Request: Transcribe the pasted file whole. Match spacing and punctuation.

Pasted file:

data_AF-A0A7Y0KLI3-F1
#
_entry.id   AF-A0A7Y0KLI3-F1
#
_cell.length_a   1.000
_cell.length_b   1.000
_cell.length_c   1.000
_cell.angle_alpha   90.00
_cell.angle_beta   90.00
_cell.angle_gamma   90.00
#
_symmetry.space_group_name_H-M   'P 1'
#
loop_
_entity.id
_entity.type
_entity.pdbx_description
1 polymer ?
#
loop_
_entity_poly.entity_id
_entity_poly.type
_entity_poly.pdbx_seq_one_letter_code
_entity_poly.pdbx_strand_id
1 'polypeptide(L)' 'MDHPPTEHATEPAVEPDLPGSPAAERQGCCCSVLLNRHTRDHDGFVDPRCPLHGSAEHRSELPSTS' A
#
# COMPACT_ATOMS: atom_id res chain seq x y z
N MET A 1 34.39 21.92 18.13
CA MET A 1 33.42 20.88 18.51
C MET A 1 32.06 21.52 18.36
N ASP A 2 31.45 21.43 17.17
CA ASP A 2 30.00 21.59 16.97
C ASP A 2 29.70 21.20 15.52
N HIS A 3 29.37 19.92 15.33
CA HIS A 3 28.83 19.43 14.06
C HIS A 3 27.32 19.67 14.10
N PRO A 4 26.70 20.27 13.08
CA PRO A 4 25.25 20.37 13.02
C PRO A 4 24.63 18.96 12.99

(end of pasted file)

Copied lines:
data_AF-A0A7Y0KLI3-F1
#
_entry.id   AF-A0A7Y0KLI3-F1
#
_cell.length_a   1.000
_cell.length_b   1.000
_cell.length_c   1.000
_cell.angle_alpha   90.00
_cell.angle_beta   90.00
_cell.angle_gamma   90.00
#
_symmetry.space_group_name_H-M   'P 1'
#
loop_
_entity.id
_entity.type
_entity.pdbx_description
1 polymer ?
#
loop_
_entity_poly.entity_id
_entity_poly.type
_entity_poly.pdbx_seq_one_letter_code
_entity_poly.pdbx_strand_id
1 'polypeptide(L)' 'MDHPPTEHATEPAVEPDLPGSPAAERQGCCCSVLLNRHTRDHDGFVDPRCPLHGSAEHRSELPSTS' A
#
# COMPACT_ATOMS: atom_id res chain seq x y z
N MET A 1 34.39 21.92 18.13
CA MET A 1 33.42 20.88 18.51
C MET A 1 32.06 21.52 18.36
N ASP A 2 31.45 21.43 17.17
CA ASP A 2 30.00 21.59 16.97
C ASP A 2 29.70 21.20 15.52
N HIS A 3 29.37 19.92 15.33
CA HIS A 3 28.83 19.43 14.06
C HIS A 3 27.32 19.67 14.10
N PRO A 4 26.70 20.27 13.08
CA PRO A 4 25.25 20.37 13.02
C PRO A 4 24.63 18.96 12.99